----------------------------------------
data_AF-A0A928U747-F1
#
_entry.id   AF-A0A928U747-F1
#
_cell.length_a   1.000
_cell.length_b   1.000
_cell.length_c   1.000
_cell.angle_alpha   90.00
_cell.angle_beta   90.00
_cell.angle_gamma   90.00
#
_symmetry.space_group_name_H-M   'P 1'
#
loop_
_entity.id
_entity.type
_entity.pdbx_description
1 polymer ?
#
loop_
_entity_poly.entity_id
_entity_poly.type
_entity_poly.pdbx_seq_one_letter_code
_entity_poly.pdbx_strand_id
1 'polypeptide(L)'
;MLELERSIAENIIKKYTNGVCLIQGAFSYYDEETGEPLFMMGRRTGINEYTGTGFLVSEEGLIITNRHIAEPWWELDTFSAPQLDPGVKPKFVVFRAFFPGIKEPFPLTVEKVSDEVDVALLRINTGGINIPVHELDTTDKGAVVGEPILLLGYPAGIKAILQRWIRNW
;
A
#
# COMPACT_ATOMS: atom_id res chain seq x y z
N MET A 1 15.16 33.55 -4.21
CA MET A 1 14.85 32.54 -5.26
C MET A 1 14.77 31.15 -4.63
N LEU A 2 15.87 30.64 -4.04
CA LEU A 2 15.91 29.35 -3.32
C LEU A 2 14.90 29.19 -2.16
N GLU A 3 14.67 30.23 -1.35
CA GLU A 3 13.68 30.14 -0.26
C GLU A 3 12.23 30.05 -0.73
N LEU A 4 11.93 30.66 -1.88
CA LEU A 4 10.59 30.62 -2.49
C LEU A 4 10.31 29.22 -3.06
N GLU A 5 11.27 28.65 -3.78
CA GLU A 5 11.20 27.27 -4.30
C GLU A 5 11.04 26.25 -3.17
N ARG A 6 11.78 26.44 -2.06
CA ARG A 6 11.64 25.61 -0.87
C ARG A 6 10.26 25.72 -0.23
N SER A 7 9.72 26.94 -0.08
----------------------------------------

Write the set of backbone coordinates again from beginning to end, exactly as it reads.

data_AF-A0A928U747-F1
#
_entry.id   AF-A0A928U747-F1
#
_cell.length_a   1.000
_cell.length_b   1.000
_cell.length_c   1.000
_cell.angle_alpha   90.00
_cell.angle_beta   90.00
_cell.angle_gamma   90.00
#
_symmetry.space_group_name_H-M   'P 1'
#
loop_
_entity.id
_entity.type
_entity.pdbx_description
1 polymer ?
#
loop_
_entity_poly.entity_id
_entity_poly.type
_entity_poly.pdbx_seq_one_letter_code
_entity_poly.pdbx_strand_id
1 'polypeptide(L)'
;MLELERSIAENIIKKYTNGVCLIQGAFSYYDEETGEPLFMMGRRTGINEYTGTGFLVSEEGLIITNRHIAEPWWELDTFSAPQLDPGVKPKFVVFRAFFPGIKEPFPLTVEKVSDEVDVALLRINTGGINIPVHELDTTDKGAVVGEPILLLGYPAGIKAILQRWIRNW
;
A
#
# COMPACT_ATOMS: atom_id res chain seq x y z
N MET A 1 15.16 33.55 -4.21
CA MET A 1 14.85 32.54 -5.26
C MET A 1 14.77 31.15 -4.63
N LEU A 2 15.87 30.64 -4.04
CA LEU A 2 15.91 29.35 -3.32
C LEU A 2 14.90 29.19 -2.16
N GLU A 3 14.67 30.23 -1.35
CA GLU A 3 13.68 30.14 -0.26
C GLU A 3 12.23 30.05 -0.73
N LEU A 4 11.93 30.66 -1.88
CA LEU A 4 10.59 30.62 -2.49
C LEU A 4 10.31 29.22 -3.06
N GLU A 5 11.27 28.65 -3.78
CA GLU A 5 11.20 27.27 -4.30
C GLU A 5 11.04 26.25 -3.17
N ARG A 6 11.78 26.44 -2.06
CA ARG A 6 11.64 25.61 -0.87
C ARG A 6 10.26 25.72 -0.23
N SER A 7 9.72 26.94 -0.08